Imprisoned in 1916-18, he went to Moscow after the Soviet government had secured his release. In 1919 he went back to Germany. He only attended the first session of the 2CCI, since he was engaged in the fighting on the Polish front.
ANDREVEV. Andrie (1895-1970) – An old Bolshevik, he was chairman of the Railway Workers’ Union from 1920 until 1928. In 1930, as a loyal Stalinist, he was made chairman of the Central Control Commission and in 1932 a member of the Politburo.
ARMAND, Inessa (1874-1920) – Born in Paris, she married a Russian in Moscow in 1891. In 1904, she left her family and joined the Bolsheviks. During the 1905 Revolution she was arrested and escaped. In 1910 she met Lenin and in 1912 she was sent as a Bolshevik delegate to Petrograd, where she was arrested. Buying her way out, she fled abroad. Returning to Russia in 1917 in the ‘sealed train’, she headed the women’s section of the Bolshevik Party. She died of cholera.
ARTEM (F.E.Sergeyev) (1883-1921) – He joined the RSDLP in 1901 and was a Bolshevik from 1903. He was imprisoned and escaped many times, on the last occasion, in 1910, making his way via Korea and japan to Australia. In February 1917 he returned to Russia and led the struggle for the Party in Kharkhov. He played an important part in the Civil War. He died in an accident.
BLAKITNY, Vasily (1894-1925) – A poet and journalist, he was a member of the Ukrainian Left Social Revolutionaries in 1917. In May 1920, he joined the Bolshevik Party and became a Central Committee member of the Ukrainian CP. He was imprisoned by the Whites and released by the Red Army.
BUKHARIN, Nikolai (1888-1838) – He joined the Bolshevik faction of the RSDLP when a schoolboy in 1906. In 1910 he was arrested and deported, but escaped and fled abroad. In 1912 he met Lenin. He was imprisoned in Austria in 1914 and in Sweden in 1915. In 1917 he returned to Russia, was elected to the Central Committee and led the Party in Moscow. After the Revolution, he was editor of Pravda. In 1918, he led the ‘left’ faction against the signing of the Brest Treaty. In 1919, he became a member of the Politbureau and was a leading figure of the CI from its foundation. From 1923 until 1928, he backed Stalin against the Opposition, replacing Zinoviev as CI president in 1926. At the end of 1928, Stalin attacked him, and then removed him from all offices. In 1933, he was made editor of Izvestia. In 1937, he was arrested, and in 1938, was the main defendant appearing at the third of the show trials and shot.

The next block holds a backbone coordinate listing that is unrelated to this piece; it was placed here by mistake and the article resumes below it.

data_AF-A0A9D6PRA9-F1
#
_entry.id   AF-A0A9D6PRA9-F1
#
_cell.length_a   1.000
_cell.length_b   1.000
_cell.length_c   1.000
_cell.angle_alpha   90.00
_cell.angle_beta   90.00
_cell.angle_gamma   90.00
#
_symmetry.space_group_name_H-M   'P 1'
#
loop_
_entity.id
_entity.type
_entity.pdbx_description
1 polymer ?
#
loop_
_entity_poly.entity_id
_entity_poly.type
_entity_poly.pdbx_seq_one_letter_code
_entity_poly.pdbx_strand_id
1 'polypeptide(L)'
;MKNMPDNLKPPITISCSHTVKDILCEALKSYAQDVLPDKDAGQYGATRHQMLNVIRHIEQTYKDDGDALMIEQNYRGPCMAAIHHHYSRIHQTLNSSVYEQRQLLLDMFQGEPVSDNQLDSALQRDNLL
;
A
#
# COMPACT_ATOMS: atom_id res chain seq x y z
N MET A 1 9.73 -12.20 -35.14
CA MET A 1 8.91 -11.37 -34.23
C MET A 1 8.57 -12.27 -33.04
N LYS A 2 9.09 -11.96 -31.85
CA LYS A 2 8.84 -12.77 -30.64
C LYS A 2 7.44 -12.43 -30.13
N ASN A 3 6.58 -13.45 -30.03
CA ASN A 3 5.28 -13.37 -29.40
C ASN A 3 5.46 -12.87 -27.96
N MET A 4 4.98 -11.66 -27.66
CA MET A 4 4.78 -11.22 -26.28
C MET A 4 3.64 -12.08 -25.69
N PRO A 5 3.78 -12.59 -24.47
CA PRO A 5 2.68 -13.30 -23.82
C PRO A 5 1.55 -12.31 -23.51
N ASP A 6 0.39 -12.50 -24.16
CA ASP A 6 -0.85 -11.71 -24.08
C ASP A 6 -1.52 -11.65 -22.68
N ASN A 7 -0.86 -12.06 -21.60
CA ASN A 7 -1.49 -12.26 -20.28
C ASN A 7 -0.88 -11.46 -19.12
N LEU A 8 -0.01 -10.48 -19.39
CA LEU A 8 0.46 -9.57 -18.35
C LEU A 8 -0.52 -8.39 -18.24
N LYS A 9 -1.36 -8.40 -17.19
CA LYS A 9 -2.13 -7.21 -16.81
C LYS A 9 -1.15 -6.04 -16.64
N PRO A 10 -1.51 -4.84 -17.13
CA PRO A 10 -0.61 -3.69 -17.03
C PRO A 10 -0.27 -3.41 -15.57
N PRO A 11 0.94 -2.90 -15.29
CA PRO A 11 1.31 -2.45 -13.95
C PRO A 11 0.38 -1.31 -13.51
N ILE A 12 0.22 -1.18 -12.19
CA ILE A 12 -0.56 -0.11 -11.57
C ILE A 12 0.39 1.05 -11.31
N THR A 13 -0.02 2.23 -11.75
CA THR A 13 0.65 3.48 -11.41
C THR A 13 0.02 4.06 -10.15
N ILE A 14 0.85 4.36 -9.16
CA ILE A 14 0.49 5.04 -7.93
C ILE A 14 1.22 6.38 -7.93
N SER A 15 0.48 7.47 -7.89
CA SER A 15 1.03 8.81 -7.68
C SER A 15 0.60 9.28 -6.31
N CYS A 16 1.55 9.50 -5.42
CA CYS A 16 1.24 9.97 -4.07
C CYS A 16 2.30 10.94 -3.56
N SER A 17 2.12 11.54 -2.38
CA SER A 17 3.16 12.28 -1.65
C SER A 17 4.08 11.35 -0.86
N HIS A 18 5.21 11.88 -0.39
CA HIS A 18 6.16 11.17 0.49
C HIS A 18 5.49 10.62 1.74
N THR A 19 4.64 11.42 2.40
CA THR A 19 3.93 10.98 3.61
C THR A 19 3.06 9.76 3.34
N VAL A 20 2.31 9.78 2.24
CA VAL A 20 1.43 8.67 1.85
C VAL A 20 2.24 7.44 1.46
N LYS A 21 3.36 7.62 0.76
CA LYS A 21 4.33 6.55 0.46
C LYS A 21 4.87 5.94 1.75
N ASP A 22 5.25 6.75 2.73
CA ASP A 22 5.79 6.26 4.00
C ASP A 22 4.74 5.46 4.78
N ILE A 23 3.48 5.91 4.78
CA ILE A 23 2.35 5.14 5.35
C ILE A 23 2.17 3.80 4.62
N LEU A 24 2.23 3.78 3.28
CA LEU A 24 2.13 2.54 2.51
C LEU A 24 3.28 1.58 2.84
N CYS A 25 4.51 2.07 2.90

DJERZHINSKY, Felix (1877-1926) – Born in Lithuania, he joined the socialist movement while at school in 1894 and was first arrested in 1897. He fought for the Lithuanian SDP to join with the RSDLP. Many times, he was imprisoned and escaped. In 1917, he was freed from prison by the February Revolution. He helped organise the October insurrection as a member of the Central Committee of the Bolshevik Party. After October, he was given the task of organising the Cheka (Extraordinary Commission for the Struggle Against Sabotage and Counter-Revolution). In 1918, he supported the ‘left’ faction against Lenin on the signing of the Brest Treaty. In 1922, he supported Stalin on the Georgian question, and was attacked by Lenin for it.
GOPNER, Serafima (1880-1966) – Born in the Ukraine, she joined the RSDLP in 1901 and was a Bolshevik from 1903. A leading member of the Party in the Ukraine, she was a Stalinist from the 1920s.